Photography/History Vocabulary: Principles of Design

Welcome to Photography/Photo History Vocabulary, a section dedicated to the understand of the verbal communication of photography. Some words and their meanings can be hart to decipher from one another or theoretical words can be hard to grasp all together. This section will help readers understand each word in an easy manner.

Principles of Design

  • Balance
  • Contrast
  • Emphasis
  • Focal Point
  • Pattern
  • Proportion
  • Rhythm
  • Scale
  • Unity
  • Variety

Balance

  • refers to the sense of distribution of perceived visual weights that offset one another

Balance may be the most fundamental of the principles of design. Most people prefer a balanced composition to a wonky one. This photograph employs symmetry. This means you can draw a line vertically the center and the two sides are a mirror of each other. This makes for a pleasing image.

Here we see radial symmetry. This means you can draw a line through the circle anywhere and there would be a mirror image on either side of the line.

This photograph uses asymmetrical balance. If you draw a line vertically down this image, the two sides do not look the same. There are like objects on either side, however, they are different sizes and are at different angles.

Contrast

  • refers to the arrangement of opposite elements in a work to create visual interest, excitement and drama

Perhaps the most obvious use of contrast is between colors. Here there is a use of a neutral color (grey) surrounding bright pinks and yellow.

This photograph employs a sharp use of contrast known as chiaroscuro. Chiaroscuro is typically used to create the impression of volume.

Like the first photograph, this image has a contrast in color. However, it also has a contrast in visual texture. One side of the photograph is smooth marble while the other side is filled with the texture of foliage.

Emphasis

  • refers to the drawing of attention to particular content within a work of art

In this photograph there are two areas of emphasis. The boy is emphasized by his red shirt, while the architecture is emphasized through scale. This creates a nice visual tension which makes the eye bounce back and forth between the boy and the architecture.

The emphasis in this photograph is created through the use of shallow depth of field. This means that only a part of the image is in focus. The out of focus background pushes it to a subordinate position in the photograph causing the eye to study the plant in the foreground.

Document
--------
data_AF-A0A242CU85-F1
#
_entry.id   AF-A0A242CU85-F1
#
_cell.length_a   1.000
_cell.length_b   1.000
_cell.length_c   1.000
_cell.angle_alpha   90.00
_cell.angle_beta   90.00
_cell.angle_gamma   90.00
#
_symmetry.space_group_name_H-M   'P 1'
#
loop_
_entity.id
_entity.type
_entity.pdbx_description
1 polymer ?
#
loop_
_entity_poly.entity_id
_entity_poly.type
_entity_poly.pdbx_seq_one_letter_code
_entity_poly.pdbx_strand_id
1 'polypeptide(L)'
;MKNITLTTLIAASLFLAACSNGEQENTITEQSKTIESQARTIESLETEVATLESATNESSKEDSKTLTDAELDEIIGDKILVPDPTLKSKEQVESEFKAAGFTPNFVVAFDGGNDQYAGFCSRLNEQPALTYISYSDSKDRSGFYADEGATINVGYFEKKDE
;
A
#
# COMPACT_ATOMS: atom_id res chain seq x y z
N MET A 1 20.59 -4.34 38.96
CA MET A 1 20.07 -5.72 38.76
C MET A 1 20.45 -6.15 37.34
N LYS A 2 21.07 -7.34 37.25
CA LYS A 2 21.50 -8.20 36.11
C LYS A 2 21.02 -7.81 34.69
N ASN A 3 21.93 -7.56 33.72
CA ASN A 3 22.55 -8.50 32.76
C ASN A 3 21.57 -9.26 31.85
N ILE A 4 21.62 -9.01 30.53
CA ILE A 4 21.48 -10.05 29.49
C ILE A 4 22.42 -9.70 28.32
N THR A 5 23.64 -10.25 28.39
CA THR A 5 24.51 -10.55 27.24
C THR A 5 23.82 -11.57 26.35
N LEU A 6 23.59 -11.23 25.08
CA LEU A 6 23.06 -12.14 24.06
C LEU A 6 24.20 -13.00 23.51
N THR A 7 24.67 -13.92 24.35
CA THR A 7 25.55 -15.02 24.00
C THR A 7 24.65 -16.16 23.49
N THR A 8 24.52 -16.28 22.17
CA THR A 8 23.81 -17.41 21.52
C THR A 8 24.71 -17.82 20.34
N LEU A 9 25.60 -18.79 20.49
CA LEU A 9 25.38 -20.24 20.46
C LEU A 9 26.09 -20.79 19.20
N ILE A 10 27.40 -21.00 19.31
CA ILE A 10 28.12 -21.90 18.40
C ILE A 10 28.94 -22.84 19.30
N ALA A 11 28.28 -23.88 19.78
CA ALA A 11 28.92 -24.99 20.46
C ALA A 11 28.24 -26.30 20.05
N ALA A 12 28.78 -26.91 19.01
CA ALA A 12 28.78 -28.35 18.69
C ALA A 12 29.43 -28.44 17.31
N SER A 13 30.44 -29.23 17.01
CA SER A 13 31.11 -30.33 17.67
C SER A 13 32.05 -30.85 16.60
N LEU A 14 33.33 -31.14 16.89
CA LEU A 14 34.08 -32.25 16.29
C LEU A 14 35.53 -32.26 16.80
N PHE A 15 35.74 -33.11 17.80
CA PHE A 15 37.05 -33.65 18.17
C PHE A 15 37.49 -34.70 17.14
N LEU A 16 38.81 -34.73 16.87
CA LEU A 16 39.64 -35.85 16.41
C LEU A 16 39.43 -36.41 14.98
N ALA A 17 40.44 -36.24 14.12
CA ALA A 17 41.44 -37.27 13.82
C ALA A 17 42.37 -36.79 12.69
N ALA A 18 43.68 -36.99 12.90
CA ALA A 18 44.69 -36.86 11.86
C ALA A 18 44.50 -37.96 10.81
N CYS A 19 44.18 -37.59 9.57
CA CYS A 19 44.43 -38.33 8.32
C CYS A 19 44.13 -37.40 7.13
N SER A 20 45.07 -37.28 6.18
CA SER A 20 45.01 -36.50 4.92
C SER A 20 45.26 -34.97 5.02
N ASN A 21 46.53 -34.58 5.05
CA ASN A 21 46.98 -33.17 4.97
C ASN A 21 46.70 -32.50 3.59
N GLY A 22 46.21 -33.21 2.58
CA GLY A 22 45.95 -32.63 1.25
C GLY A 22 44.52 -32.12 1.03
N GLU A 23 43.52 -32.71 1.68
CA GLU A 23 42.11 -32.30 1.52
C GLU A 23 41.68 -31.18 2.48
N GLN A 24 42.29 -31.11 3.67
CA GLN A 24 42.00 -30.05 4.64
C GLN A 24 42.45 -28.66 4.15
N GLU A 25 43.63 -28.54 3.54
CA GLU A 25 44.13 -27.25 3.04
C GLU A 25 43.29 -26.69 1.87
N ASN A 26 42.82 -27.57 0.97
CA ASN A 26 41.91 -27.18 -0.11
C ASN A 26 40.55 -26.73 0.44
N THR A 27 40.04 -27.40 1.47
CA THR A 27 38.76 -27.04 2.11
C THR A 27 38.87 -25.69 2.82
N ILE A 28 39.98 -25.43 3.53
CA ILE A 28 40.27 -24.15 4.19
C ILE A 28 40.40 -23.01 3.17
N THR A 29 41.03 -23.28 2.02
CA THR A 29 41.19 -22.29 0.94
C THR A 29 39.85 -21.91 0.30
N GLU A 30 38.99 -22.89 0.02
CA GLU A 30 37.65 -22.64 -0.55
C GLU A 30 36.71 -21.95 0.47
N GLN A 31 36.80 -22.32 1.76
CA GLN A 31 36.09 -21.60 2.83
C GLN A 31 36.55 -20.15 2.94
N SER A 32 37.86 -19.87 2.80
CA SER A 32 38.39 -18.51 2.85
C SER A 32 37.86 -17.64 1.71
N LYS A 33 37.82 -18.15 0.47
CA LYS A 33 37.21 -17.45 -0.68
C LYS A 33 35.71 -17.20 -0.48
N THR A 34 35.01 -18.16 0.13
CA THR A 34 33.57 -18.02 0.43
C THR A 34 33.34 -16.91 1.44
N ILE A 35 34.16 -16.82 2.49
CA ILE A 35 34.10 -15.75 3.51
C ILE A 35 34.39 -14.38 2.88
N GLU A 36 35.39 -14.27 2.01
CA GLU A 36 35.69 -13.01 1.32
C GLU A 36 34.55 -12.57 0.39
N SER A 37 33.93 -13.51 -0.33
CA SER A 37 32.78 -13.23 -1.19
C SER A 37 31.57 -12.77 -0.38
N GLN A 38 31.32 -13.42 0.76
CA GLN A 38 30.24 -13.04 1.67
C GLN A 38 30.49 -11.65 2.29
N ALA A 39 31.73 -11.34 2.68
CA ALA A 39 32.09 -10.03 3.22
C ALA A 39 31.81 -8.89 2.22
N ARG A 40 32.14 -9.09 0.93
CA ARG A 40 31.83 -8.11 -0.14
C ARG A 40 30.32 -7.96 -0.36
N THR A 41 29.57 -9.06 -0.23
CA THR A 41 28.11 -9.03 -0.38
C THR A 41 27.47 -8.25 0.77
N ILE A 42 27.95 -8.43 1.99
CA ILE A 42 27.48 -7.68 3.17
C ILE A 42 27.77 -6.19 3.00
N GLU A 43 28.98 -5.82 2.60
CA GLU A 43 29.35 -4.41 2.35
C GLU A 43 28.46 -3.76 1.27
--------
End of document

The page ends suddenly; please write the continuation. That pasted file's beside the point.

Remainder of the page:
Color creates the emphasis in this photograph. The yellow draws the eye in first and then the eye travels down to the cyan bucket. The eye bounces back and forth between these objects because we all understand what white shower tile looks like.

Focal Point

  • refers to the center of interest or activity in an artwork

Here the focal point is the woman’s face. She is facing and looking directly into the camera lens. Viewers are automatically drawn to the eyes looking right back at them. Even though the woman’s eyes are in shadow they still draw in the viewers attention.

This photograph uses color and scale to draw the viewer into the minaret. The bright red/orange and the fact that it towers over the rest of the objects in the photograph make the minaret the focal point of the image.

This photograph employs several things to make the lotus flower the focal point of the image. First, it is centered in the frame. Second the magenta and yellow is brighter than the green around it. Third, the lotus is a square surround by round lily pads.

Pattern

  • refers to the underlying structure that organizes surface or structures in a consistent, regular manner

Pattern is the main theme of this photograph. This image is a form of cheating, as the pattern was already painted on the wall and I just snapped a cell phone image of it.

The pattern in this photograph is created through the architectural screen. The pattern is made through positive and negative space. The positive space is the wooden carved floral elements while the negative space is the wholes in the screen.

In this photograph, the pattern is created through the way the objects have been laid on the ground and hung from the side of a building. Square/rectangular shapes are repeated throughout the composition and punctuated by one circle.

Proportion

  • refers to the relative size of parts of a whole

The proportion of the fireworks in this photograph is relatively small. The fireworks take up a little less than a third of the photograph.

The proportion of the sign in this photograph is large and total. The sign takes up the entire photograph, meanings its proportion is total.

This photograph has three elements, the ground, the sky and rocks/architecture. The sky takes up a slightly larger portion of the total photograph than the other two elements. The ground takes up the second largest amount of the total photograph, while the rocks/architecture take up the smallest portion of the photograph. Funny, it works out like the real world. Through human perception, the sky bleeds into outer space, an area we can not even comprehend. This is followed by the earth and then our own humanity, man we are small.